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Dry Eye
Ocular Surface Disease
Video

Illuminating Dry Eye Management: Exploring the Efficacy and Applications of Advanced Light Therapy

Posted on
Maria Sampalis, OD:

Hi, I am Dr. Maria Sampalis. I’m an optometrist in Cranston Rhode Island.

Question:

Given the multifactorial nature of dry eye disease, how does IPL OptiLight therapy address the underlying causes and inflammatory components compared to traditional treatments like artificial tears or anti-inflammatory medications?

Maria Sampalis, OD:

Yeah, as we know, OptiLight is FDA approved IPL technology. It helps improve the signs of eye disease due to meibomian gland dysfunction. And it’s been a great tool that I’ve used in my practice. It really helps address inflammation, restore meibomian gland structure and function, reduce abnormal blood vessels. And we’ve had a lot of clinical trials to prove this. So, that is one. I bring it up to patients, the clinical trials and the FDA approval is vital for that discussion. But in general, it really helps reduce inflammatory factors found in the tear film, and destroys telantagiec blood vessels that causes major inflammation. And we found a lot of new studies that Demodex is causing a lot of dry eye issues as well. So I think it’s more than just artificial tears to help our patients.

Question:

Can you talk about the benefit of in-office treatments as opposed to at home medication ones?

Maria Sampalis, OD:

Yeah. In-office treatment really begins with heating the glands, giving patients options to do maintenance care, but ultimately having heat and technology to really get to the level of the cells helps. And I think we found that. You need 110 degrees Fahrenheit to really heat up those glands, especially the obstruction of the glands and the glands that aren’t working properly. So a lot of those stuff that is in home treatment is more maintenance, but having a good slit lymph examination express the glands to really get in there and see the lid margins, to see the telantagiec vessels, to clean the lids. I clean the lids in the office with new lids. For Demodex, it had started before we start treatment and then Cliradex to really maintain it as well. So, we have some office treatment that helps to really get to the heart of the problem. But then whole medication is related different maintenance.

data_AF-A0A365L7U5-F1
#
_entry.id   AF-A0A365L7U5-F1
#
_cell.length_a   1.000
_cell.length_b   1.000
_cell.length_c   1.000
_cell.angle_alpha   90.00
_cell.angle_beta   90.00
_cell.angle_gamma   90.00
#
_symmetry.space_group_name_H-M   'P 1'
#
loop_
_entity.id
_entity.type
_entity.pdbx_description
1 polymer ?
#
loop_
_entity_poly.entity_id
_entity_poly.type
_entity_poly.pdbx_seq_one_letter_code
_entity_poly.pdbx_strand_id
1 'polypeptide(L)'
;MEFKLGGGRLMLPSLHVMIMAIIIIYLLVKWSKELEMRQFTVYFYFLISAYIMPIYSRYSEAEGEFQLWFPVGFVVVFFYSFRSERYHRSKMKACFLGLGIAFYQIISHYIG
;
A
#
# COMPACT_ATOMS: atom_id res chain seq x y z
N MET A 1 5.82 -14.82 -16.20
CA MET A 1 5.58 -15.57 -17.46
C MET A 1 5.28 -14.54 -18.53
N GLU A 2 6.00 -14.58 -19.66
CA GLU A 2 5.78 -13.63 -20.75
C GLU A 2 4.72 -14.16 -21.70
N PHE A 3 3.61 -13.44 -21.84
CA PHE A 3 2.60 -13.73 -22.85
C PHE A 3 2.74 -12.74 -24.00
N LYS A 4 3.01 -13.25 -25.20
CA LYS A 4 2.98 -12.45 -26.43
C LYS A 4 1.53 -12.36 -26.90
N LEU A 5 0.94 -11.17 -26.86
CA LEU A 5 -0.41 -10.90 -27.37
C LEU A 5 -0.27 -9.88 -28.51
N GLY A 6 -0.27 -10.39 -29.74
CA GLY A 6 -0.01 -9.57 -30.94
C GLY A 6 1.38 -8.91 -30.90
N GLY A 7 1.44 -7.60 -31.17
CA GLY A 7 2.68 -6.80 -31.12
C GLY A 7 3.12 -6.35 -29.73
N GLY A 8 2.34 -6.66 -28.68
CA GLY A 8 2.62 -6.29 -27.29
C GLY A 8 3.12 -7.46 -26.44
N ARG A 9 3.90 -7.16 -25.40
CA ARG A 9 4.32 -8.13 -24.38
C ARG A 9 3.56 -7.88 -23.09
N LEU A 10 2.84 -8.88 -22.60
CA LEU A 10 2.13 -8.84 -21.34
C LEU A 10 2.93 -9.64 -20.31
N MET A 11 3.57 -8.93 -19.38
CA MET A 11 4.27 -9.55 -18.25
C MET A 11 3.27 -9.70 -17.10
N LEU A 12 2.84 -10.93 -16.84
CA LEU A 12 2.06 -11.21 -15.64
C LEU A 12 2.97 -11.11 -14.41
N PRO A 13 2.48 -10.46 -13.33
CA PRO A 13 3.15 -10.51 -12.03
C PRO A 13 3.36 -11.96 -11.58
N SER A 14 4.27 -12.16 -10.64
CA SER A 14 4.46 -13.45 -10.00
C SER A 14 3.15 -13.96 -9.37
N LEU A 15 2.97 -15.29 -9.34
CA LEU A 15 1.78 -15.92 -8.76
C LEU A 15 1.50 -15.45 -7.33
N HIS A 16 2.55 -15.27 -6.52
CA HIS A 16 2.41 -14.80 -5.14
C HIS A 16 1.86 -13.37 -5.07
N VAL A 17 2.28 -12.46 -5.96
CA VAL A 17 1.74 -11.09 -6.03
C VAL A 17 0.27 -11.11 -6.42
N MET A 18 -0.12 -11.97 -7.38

Question:

Could you elaborate on the specific wavelengths and parameters used in IPL OptiLight therapy for treating dry eye disease, and how these parameters are tailored to individual patient characteristics?

Maria Sampalis, OD:

So, the wavelength is determined by how deeply they penetrate the skin and the target tissue that it reaches. The high-intensity, yellow, orange, red infrared, near-infrared production is standard 598 for the OptiLight filter. Certain skin types are suited for IPL. One way to evaluate is through the Fitzpatrick skin type scale. The scale provides classification of the skin types based on response to UV light. So it characterizes patients on skin type and gives us a number between one to five, one to six. And corresponds to the coloration and how it’s going to react to sun. So those are some things that we classify patients for when we’re doing an OptiLight treatment.

Question:

In your experience, how does IPL OptiLight therapy impact the ocular surface microbiome? And what implications does this have for long-term management and recurrence prevention of dry eye disease?

Maria Sampalis, OD:

So it improves meibomian gland structure function, quality of the meibome, which is very important and tear breakup time. But it also reduces inflammation and Demodex in our patients. We find that a lot of patients do have Demodex blepharitis that causes dry eye. And for long-term treatment and help with reducing inflammatory factors in the eye, and reoccurrence of styes and other blepharitis and other issues, inflammation in the eye.

Question:

How does IPL OptiLight fit into a comprehensive dry eye management plan? Is it typically used as a standalone treatment or in combination with other therapies?

Maria Sampalis, OD:

So, it really depends on case-to-case basis. I think a lot of the protocols in a lot of offices is cleaning the lids, a heating mask, and then giving maybe a nutraceutical to a patient, trying those steps. For mid to advanced cases, we introduce the OptiLight. We never really have it as the first line of treatment for patients because we want to make sure that we can solve what’s underlying first. But if we see a lot of gland dysfunction, then we’ll recommend that for the patient as well. It’s been a great practice builder in the office.

Question:

Could you share any patient success stories or clinical outcomes you’ve observed with the use of IPL OptiLight in treating dry eye disease?

Maria Sampalis, OD:

Yeah, I’ve had some advanced cases and we’ve had patients tell us they changed their life. We have some patients that are so inflamed they couldn’t open their eyes. It comes and goes, inflammation. It really disrupted their quality of life. And the OptiLight has been a game changer in my practice, really has elevated me as a clinician and been able to help patients stop having recurrent styes, reduce Demodex, inflammation, but also increased tear break-up time, and they notice it within treatment two or three.

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